For all the posturing and complaining that preceded it, the Carsey-Werner Co. and ABC came to terms rather quickly on a renewal of “Roseanne” that will extend the high-rated sitcom three more years, through the 1996-97 season.

Terms weren’t officially disclosed, but sources estimate the deal at more than the $ 2 million per-episode license fee that the series received in its last negotiation, or a commitment of more than $ 150 million — and probably closer to $ 200 million — by ABC over the term of the deal.

Tom Arnold, one of the show’s exec producers, suggested in January that the producers were considering a three-year deal. The last pact was a two-year arrangement for a total of 50 installments at $ 2 million each. (Paramount’s “Cheers” at one point was garnering about $ 2.5 million per segment from NBC.)

Any doubt surrounding the renewal stemmed largely from acrimony last season over ABC’s cancellation of “The Jackie Thomas Show.” Roseanne Arnold maintained in various interviews that ABC officials lied to her about the show’s future, at one point threatening on “The Tonight Show With Jay Leno” to take her show to another network.

Because “Roseanne” is produced by Carsey-Werner, that wasn’t the sort of action the star could take unilaterally, but the Arnolds’ involvement in the show meant the threat was taken seriously.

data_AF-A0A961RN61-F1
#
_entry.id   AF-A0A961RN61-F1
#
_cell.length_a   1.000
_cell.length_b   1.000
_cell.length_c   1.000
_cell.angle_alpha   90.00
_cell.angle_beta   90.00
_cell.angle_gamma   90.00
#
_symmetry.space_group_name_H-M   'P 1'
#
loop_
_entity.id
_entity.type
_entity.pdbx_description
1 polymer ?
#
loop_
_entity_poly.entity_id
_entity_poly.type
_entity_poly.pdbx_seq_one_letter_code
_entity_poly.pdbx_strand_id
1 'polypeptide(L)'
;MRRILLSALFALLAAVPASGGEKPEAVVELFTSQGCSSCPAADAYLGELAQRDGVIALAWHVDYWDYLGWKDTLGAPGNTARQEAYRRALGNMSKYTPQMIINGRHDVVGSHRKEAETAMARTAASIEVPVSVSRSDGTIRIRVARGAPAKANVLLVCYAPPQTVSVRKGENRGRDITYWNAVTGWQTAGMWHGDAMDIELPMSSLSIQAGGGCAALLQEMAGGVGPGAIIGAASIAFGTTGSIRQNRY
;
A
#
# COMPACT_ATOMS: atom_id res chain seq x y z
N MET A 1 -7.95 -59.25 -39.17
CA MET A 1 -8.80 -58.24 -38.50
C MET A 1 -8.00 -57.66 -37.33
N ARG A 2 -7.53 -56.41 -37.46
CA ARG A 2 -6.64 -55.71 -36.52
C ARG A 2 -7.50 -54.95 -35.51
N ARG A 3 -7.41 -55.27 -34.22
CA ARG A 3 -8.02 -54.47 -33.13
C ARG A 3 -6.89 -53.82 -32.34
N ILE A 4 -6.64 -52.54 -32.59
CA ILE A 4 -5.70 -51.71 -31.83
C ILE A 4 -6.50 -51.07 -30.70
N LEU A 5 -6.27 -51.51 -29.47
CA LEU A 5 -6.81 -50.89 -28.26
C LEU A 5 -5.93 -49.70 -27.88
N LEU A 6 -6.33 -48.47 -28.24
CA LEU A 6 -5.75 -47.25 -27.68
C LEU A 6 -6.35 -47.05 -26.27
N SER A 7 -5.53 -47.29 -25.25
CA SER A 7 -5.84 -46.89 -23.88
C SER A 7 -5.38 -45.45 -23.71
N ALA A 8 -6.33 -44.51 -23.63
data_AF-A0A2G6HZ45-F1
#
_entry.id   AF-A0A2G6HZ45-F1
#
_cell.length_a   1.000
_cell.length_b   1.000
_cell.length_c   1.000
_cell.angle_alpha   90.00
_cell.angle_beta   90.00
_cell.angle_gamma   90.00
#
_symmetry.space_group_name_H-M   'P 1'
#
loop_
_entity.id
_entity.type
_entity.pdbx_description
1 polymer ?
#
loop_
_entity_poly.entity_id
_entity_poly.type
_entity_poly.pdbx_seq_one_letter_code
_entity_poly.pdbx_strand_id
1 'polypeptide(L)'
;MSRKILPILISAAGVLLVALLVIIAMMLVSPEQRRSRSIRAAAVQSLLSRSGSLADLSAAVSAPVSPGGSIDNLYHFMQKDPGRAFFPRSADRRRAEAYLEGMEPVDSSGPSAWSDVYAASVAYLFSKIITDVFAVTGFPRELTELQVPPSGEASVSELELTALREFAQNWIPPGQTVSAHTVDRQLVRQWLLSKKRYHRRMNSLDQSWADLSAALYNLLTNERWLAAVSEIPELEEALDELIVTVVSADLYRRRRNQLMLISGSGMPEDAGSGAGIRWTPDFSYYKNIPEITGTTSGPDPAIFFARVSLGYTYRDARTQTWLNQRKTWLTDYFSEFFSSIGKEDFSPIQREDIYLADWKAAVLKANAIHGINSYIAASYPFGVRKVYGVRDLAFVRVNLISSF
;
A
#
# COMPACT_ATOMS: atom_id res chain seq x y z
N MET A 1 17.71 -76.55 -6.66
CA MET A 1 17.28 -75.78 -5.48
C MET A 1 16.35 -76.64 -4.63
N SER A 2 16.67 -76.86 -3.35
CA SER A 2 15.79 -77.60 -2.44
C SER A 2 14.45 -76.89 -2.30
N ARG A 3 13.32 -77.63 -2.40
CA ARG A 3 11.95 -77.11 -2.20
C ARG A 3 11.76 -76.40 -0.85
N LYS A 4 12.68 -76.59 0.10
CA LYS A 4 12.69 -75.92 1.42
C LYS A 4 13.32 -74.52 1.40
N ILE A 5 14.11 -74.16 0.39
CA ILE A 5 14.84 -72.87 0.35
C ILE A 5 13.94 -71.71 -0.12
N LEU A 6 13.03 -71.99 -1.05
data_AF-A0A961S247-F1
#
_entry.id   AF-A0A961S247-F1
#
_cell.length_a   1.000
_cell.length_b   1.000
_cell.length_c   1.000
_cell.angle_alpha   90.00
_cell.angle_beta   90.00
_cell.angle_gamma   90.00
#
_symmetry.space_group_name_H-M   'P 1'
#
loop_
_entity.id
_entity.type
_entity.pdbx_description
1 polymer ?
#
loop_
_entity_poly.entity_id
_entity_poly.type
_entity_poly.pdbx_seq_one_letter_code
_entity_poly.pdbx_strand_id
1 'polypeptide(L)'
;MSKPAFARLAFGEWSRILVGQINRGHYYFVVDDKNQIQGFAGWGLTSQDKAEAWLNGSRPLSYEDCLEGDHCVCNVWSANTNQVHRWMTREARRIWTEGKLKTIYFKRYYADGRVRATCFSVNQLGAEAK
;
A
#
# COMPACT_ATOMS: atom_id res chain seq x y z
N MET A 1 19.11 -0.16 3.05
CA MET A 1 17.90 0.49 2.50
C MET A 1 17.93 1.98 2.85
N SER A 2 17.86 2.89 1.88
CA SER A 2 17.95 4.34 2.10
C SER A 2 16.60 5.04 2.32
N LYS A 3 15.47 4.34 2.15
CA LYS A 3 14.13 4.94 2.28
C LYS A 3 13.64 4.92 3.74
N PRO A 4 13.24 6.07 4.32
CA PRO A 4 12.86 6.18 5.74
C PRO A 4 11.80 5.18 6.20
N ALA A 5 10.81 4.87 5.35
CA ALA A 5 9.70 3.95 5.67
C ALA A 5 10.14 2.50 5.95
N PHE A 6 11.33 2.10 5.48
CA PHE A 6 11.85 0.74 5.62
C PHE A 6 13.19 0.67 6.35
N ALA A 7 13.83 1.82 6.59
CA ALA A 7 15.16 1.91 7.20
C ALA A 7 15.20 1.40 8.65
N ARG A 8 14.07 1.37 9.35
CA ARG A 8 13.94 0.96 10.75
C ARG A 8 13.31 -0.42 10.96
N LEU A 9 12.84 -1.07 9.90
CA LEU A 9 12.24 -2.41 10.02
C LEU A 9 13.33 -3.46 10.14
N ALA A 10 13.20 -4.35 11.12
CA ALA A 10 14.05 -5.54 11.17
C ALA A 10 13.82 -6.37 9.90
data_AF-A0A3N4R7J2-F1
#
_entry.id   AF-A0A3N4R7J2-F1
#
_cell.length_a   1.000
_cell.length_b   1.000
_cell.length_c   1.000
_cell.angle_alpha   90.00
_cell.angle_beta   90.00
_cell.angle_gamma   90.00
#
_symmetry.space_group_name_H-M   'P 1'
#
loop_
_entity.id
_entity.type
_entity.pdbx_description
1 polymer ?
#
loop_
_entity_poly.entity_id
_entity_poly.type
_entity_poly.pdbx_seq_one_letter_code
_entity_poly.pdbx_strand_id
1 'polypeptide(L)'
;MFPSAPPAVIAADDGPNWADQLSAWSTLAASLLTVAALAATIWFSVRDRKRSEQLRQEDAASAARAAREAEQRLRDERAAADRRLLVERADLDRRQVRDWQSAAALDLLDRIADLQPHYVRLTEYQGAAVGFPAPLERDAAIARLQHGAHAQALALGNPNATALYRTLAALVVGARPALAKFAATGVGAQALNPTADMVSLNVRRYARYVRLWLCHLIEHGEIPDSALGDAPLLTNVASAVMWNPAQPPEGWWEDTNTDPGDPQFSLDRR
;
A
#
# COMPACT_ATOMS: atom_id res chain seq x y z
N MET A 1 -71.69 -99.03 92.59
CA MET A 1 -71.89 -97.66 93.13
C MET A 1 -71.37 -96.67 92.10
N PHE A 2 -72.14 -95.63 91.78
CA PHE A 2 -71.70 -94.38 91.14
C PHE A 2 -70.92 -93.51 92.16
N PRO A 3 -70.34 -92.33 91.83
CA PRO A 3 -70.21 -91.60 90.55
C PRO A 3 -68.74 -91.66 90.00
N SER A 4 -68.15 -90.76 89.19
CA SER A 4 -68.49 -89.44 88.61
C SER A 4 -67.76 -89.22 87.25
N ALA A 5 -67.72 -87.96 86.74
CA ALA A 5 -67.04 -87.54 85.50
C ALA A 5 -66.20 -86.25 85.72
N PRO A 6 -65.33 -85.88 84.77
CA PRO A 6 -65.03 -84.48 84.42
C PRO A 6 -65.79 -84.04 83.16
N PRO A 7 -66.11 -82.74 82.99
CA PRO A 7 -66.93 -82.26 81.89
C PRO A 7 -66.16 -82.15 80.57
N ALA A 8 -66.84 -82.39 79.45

CBS overtures

CBS Entertainment prexy Jeff Sagansky, who has consistently stated his admiration for “Roseanne,” bought a series starring Tom Arnold, “Tom.” Many saw that deal as a means of improving the Eye web’s position should ABC and the Arnolds be unable to come to terms.

Still, sources say CBS realized it was an extreme longshot that “Roseanne” would leave ABC. “Rarely do these top-of-the-line shows jump networks,” said one production source.

Past series that have made such a switch, such as “Matlock,””In the Heat of the Night” and “Getting By,” have generally been mid-level performers, not the sort of signature shows that help define a network and, in the case of “Roseanne,” bolster an entire night of programming.

ABC has also had other negotiating tools, last spring extending a non-exclusive, multi-series commitment to the Arnolds’ Wapello County Prods., who have since laid off those commitments at Warner Bros. TV.

The network also has a degree of leverage with Carsey-Werner, whose first-year sitcom, “Grace Under Fire,” is situated behind TV’s top-rated sitcom, “Home Improvement,” and would undoubtedly like to retain that spot.

ABC TV Network Group prez Robert Iger, who drew most of Arnold’s wrath last spring in relation to “Jackie Thomas,” was in Los Angeles Friday for the daylong negotiating session that closed the deal.

Privately, ABC officials have noted that the network has shown its loyalty to the Arnolds, standing by Roseanne through many tenuous moments.

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